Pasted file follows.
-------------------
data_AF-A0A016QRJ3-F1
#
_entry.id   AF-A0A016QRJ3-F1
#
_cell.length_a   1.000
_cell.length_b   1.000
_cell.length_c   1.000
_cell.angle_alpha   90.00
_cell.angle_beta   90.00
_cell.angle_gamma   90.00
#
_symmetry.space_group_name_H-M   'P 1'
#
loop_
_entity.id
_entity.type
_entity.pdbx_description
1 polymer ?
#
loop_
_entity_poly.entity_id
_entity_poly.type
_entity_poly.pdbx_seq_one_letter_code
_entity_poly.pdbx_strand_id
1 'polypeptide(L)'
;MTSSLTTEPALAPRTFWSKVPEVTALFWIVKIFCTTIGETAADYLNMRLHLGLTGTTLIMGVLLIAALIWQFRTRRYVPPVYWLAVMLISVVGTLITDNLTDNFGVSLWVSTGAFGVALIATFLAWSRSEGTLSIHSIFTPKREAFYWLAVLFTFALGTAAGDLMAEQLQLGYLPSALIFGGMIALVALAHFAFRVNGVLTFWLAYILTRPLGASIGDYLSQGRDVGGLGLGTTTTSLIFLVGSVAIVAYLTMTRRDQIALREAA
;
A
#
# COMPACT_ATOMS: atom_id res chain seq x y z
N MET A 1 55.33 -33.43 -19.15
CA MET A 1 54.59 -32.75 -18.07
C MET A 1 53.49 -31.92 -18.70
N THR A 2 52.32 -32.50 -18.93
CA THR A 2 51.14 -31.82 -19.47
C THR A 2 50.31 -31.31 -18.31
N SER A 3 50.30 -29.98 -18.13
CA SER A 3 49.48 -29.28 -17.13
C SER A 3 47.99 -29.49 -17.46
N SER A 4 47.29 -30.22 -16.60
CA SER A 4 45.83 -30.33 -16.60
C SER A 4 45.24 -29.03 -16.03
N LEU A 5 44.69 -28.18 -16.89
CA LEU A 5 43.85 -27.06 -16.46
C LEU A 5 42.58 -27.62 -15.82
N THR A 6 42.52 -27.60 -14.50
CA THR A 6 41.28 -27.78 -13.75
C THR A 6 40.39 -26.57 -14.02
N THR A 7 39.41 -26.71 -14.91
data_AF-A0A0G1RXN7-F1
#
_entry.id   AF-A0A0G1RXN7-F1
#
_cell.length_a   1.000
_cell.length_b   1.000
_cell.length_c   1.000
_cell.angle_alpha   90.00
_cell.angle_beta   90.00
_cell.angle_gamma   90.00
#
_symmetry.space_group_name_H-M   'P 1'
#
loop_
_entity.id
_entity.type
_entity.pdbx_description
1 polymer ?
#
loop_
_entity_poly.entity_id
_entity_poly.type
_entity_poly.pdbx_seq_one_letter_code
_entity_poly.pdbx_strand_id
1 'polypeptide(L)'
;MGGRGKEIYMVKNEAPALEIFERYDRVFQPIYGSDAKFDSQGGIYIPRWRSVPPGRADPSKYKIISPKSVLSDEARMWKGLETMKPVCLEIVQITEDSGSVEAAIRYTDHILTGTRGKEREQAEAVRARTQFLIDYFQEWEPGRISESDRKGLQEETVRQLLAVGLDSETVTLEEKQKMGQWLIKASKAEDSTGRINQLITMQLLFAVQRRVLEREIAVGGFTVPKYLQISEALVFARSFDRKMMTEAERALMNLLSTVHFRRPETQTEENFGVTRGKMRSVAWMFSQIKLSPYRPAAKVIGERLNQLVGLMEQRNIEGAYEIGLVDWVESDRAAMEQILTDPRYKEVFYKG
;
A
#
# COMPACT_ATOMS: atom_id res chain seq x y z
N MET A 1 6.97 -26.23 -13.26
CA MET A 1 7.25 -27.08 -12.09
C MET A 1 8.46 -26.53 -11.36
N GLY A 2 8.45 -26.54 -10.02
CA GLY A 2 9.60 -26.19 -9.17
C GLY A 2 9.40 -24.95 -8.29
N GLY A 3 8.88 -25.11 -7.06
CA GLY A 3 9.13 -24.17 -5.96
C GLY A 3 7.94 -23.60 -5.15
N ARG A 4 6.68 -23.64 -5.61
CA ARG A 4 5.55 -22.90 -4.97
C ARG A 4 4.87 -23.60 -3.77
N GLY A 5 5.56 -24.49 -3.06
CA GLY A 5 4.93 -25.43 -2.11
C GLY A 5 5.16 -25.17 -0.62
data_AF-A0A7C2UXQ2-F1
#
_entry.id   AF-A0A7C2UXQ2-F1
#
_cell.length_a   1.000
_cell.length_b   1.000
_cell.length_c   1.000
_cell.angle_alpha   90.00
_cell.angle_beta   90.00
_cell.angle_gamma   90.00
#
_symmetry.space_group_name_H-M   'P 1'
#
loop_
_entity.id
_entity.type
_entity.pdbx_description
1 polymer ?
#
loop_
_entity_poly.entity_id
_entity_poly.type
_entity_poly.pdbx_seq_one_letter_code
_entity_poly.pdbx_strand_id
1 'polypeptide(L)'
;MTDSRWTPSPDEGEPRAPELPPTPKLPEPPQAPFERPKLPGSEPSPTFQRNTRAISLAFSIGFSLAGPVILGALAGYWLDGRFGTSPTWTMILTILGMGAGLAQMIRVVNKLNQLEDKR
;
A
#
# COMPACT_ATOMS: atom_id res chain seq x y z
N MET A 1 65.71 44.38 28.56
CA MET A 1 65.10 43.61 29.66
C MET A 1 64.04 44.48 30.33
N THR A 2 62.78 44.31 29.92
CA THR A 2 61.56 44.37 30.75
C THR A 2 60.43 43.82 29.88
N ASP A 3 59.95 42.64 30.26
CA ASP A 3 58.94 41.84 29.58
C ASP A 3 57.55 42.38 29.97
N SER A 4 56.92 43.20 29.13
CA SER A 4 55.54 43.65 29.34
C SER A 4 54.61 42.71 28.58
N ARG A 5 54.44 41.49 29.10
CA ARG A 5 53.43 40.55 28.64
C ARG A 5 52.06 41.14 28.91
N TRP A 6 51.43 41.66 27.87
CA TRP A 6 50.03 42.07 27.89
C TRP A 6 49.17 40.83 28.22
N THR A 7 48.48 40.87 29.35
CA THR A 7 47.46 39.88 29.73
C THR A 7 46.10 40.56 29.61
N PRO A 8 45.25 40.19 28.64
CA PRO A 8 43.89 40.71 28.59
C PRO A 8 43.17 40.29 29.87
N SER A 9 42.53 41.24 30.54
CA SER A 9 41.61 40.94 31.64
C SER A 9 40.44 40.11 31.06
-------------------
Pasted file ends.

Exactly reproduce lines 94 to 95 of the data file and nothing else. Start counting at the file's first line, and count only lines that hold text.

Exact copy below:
C GLY A 5 5.16 -25.17 -0.62
data_AF-A0A7C2UXQ2-F1